Helm played his first eight seasons in Detroit for head coach Mike Babcock; his last six were with Jeff Blashill, the former Griffins head coach who oversaw the beginning stages of the Red Wings' lengthy rebuild after 25 consecutive seasons in the playoffs.

"I liked Babs," Helm said. "I know guys have mixed feelings about him, but I never really got caught up in what people have called his games off the ice. He was pretty straightforward with me. 'This is what we expect out of you. You do it, you play. If you don't, there's the stands, there's the bench, yada, yada, yada.'

"He was always very clear with me. I had my fair share of meetings and video sessions, not the nicest ones, but I think he set me up for the long run. Blash is a great guy. Obviously, they had different situations. With Babs, we were winning; with Blash, we weren't. But I liked Blash a lot. When he went to Tampa, I met up with him a couple of times, just to chat and catch up."

By his final season (2020-21) in Detroit, Helm was the last remaining member of the 2008 Stanley Cup championship team. While he didn't relish parting ways with the Red Wings, he saw a chance to capture a second Stanley Cup title with a young Avalanche team poised to take the next step.

"The last few years in Detroit were tough – we were kind of bottom of the barrel as far as teams go," he said. "I didn't necessarily want to leave, but I wanted another chance to win. With Detroit being in a rebuild, I saw a few teams that had the opportunity to win and that brought me to Colorado."

In Denver, Helm played for Avalanche head coach Jared Bednar, who had been a rugged, not-afraid-to-drop-his-gloves defenseman in his playing days, including 1998-99 when he led the Griffins in penalty minutes with 220 PIM in 74 games during his only season in Grand Rapids.

"I did hear he was a bit of a tough guy," Helm said. "I'm not much of a YouTuber, so I didn't go back and look, but he's a great coach. You would never have thought he was a fighter. He's just a nice guy. He's honest and expects a lot from you, but at the same time, he gives you some chances. I loved every second playing for him."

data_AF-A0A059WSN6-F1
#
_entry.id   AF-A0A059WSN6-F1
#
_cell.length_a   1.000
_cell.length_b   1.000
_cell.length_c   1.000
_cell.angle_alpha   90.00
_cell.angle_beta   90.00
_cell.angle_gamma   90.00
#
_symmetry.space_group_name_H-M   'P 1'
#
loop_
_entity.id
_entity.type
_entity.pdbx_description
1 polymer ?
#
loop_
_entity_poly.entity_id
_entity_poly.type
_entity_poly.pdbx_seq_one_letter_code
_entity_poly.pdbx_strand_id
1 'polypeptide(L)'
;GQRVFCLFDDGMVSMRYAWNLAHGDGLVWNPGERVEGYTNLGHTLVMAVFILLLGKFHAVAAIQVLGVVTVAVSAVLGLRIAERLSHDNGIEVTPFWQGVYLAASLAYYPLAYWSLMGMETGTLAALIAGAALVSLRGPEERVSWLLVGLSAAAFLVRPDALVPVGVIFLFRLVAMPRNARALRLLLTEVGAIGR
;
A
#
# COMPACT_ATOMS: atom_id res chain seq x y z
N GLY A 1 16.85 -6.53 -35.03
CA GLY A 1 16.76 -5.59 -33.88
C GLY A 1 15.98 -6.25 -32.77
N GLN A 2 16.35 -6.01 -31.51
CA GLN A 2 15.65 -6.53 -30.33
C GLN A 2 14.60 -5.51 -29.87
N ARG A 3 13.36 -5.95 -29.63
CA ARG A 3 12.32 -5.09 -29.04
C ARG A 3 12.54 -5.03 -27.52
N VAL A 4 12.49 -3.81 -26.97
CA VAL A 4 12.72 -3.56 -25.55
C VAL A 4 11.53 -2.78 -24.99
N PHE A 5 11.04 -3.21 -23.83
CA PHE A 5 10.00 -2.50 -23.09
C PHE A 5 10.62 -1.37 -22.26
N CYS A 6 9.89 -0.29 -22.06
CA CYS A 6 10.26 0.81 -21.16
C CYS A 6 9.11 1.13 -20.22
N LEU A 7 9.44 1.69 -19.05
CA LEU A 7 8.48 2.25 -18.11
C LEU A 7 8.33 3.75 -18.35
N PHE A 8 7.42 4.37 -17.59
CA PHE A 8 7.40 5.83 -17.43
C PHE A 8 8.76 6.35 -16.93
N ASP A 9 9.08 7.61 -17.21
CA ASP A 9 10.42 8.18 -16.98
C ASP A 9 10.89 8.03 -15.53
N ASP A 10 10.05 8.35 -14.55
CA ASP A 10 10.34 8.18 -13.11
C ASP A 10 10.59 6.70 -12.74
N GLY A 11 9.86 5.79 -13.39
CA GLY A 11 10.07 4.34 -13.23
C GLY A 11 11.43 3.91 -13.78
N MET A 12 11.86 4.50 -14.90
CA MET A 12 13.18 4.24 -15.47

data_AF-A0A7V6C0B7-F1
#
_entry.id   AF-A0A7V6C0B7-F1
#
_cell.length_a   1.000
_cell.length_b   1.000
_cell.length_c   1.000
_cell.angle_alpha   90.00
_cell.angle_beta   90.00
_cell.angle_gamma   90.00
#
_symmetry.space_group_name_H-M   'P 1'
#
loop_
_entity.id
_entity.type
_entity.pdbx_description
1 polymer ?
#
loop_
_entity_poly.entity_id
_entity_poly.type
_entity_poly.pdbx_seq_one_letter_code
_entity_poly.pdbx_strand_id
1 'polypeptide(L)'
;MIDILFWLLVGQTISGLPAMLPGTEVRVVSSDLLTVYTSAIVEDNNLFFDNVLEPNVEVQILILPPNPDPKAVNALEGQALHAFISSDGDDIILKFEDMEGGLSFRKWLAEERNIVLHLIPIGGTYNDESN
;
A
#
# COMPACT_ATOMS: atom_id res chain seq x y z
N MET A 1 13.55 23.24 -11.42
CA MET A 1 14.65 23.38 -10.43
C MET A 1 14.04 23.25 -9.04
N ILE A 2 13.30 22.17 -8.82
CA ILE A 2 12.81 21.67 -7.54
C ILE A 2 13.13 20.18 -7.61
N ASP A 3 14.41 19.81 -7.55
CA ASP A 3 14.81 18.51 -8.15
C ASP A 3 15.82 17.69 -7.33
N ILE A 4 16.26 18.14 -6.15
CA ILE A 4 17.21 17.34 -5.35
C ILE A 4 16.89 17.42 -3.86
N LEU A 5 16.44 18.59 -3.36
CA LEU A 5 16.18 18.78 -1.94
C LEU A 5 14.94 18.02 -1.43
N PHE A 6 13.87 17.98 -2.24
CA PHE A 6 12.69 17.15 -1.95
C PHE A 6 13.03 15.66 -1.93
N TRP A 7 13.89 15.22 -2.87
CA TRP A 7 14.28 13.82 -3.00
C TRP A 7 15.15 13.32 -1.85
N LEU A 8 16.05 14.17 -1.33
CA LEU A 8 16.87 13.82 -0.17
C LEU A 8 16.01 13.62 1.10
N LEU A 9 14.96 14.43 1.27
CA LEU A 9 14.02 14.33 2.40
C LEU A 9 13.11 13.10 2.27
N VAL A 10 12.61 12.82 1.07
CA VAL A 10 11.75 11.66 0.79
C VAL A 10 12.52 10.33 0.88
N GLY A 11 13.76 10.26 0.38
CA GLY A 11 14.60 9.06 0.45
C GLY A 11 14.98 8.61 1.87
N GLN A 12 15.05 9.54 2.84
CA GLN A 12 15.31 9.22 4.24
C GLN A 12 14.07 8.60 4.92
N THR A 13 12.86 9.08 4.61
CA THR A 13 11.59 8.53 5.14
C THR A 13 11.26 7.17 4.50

Helm battled a lower-body injury that kept him out for a month during the 2021-22 season but he managed to score one of the biggest goals of his career during the second round of the Stanley Cup Playoffs.

After sweeping the Nashville Predators in the opening round, Colorado was knotted 2-2 with the St. Louis Blues in Game 6, up 3-2 in the series. With the game seemingly headed to overtime, Helm scored the game-winner with 5.6 seconds left in regulation to send the Avalanche to the conference finals for the first time in 20 years.

Colorado swept Edmonton in the Western Conference Finals, then bested two-time defending Stanley Cup champion Tampa Bay Lightning in six games to give Helm his second taste of hockey's holy grail.

Like Henrik Zetterberg and Pavel Datsyuk in Detroit, Colorado had its share of stars (Nathan McKinnon, Cale Maker, and Mikko Rantanen), but it was the throng of role players for each that powered two very different championship teams.

"In both cases, they were teams that bought into what they wanted to do," he said. "It was a lot of guys being happy with their roles and, seeing the results, willing to do the best in their spot.